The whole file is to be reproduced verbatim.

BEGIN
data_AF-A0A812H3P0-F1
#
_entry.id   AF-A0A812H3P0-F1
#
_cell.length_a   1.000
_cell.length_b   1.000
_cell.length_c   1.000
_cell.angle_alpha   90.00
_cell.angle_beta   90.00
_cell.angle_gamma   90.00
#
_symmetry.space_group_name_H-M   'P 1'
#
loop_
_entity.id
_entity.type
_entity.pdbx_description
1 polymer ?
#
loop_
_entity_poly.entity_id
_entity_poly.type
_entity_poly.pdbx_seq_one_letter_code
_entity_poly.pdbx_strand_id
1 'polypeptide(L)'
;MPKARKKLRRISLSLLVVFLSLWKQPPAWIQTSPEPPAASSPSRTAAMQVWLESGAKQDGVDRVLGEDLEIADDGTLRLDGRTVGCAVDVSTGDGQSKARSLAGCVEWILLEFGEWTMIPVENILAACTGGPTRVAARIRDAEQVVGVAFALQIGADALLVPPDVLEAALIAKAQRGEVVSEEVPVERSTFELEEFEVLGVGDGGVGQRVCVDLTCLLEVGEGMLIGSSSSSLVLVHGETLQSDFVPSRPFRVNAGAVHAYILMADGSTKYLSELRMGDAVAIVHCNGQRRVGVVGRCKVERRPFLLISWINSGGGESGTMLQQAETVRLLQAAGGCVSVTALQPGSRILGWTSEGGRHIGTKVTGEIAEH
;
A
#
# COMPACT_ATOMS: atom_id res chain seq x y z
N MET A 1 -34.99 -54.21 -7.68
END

data_AF-A0A812H3P0-F1
#
_entry.id   AF-A0A812H3P0-F1
#
_cell.length_a   1.000
_cell.length_b   1.000
_cell.length_c   1.000
_cell.angle_alpha   90.00
_cell.angle_beta   90.00
_cell.angle_gamma   90.00
#
_symmetry.space_group_name_H-M   'P 1'
#
loop_
_entity.id
_entity.type
_entity.pdbx_description
1 polymer ?
#
loop_
_entity_poly.entity_id
_entity_poly.type
_entity_poly.pdbx_seq_one_letter_code
_entity_poly.pdbx_strand_id
1 'polypeptide(L)'
;MPKARKKLRRISLSLLVVFLSLWKQPPAWIQTSPEPPAASSPSRTAAMQVWLESGAKQDGVDRVLGEDLEIADDGTLRLDGRTVGCAVDVSTGDGQSKARSLAGCVEWILLEFGEWTMIPVENILAACTGGPTRVAARIRDAEQVVGVAFALQIGADALLVPPDVLEAALIAKAQRGEVVSEEVPVERSTFELEEFEVLGVGDGGVGQRVCVDLTCLLEVGEGMLIGSSSSSLVLVHGETLQSDFVPSRPFRVNAGAVHAYILMADGSTKYLSELRMGDAVAIVHCNGQRRVGVVGRCKVERRPFLLISWINSGGGESGTMLQQAETVRLLQAAGGCVSVTALQPGSRILGWTSEGGRHIGTKVTGEIAEH
;
A
#
# COMPACT_ATOMS: atom_id res chain seq x y z
N MET A 1 -34.99 -54.21 -7.68